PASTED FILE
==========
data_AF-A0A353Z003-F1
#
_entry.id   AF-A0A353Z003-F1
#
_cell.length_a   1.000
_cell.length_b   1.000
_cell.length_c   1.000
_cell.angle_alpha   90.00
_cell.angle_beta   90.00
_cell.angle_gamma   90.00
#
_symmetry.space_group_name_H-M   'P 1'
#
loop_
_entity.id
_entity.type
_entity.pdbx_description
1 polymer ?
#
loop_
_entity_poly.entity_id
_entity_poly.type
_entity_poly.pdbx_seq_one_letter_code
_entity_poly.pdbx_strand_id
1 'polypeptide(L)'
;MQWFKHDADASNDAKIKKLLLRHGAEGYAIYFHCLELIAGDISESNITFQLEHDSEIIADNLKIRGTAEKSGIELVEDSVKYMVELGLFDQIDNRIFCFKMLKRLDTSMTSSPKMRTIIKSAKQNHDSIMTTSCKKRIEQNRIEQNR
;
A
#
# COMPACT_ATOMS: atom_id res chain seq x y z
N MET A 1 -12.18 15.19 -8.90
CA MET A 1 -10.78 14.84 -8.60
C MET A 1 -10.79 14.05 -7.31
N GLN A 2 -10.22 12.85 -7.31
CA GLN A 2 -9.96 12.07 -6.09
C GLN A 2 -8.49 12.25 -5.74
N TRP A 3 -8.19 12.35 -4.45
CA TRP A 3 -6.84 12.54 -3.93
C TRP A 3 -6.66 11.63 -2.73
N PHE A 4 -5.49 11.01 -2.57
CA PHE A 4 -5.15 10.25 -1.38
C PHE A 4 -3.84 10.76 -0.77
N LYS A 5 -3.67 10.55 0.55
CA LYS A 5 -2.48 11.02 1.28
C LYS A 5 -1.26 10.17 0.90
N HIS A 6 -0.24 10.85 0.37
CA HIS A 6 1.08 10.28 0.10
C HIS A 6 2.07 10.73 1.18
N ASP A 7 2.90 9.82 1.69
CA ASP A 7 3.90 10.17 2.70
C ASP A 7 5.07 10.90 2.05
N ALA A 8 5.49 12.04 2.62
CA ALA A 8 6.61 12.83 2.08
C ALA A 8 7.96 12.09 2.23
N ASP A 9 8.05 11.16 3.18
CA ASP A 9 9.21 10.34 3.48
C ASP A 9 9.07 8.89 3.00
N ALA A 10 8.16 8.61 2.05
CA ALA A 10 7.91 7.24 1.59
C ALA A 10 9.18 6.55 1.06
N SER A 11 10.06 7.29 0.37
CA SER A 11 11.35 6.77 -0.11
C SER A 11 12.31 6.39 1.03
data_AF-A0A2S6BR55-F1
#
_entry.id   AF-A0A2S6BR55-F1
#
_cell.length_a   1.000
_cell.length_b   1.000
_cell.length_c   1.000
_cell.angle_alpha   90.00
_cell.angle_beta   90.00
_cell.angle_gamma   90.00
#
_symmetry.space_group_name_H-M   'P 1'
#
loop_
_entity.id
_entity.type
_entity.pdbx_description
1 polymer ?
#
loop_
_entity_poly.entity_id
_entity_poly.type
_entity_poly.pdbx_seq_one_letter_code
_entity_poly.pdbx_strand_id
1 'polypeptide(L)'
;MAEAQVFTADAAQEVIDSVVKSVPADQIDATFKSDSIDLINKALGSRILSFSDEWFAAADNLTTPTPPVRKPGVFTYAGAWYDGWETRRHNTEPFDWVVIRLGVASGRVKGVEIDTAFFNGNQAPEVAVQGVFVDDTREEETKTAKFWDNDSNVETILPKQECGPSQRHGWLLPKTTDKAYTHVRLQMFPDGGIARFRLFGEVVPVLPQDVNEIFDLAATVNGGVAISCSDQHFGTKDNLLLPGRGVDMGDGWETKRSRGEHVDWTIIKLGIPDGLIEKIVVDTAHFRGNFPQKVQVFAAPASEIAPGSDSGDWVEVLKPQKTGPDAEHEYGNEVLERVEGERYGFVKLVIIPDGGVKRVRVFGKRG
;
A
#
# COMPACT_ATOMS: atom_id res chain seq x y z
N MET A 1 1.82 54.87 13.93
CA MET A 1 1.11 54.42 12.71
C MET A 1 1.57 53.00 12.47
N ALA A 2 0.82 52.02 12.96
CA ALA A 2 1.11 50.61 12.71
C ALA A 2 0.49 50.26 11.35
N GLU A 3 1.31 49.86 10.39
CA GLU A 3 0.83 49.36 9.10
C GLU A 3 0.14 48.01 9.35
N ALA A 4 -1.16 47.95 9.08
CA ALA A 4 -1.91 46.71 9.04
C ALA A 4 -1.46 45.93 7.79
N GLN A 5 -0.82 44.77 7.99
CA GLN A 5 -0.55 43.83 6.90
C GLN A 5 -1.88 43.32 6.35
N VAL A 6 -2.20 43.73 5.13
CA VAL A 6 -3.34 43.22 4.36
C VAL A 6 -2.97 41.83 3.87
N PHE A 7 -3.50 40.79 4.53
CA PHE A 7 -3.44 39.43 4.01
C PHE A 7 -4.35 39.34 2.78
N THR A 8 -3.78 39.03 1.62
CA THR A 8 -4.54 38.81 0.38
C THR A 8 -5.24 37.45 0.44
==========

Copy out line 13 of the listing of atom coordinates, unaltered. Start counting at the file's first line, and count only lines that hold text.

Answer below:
#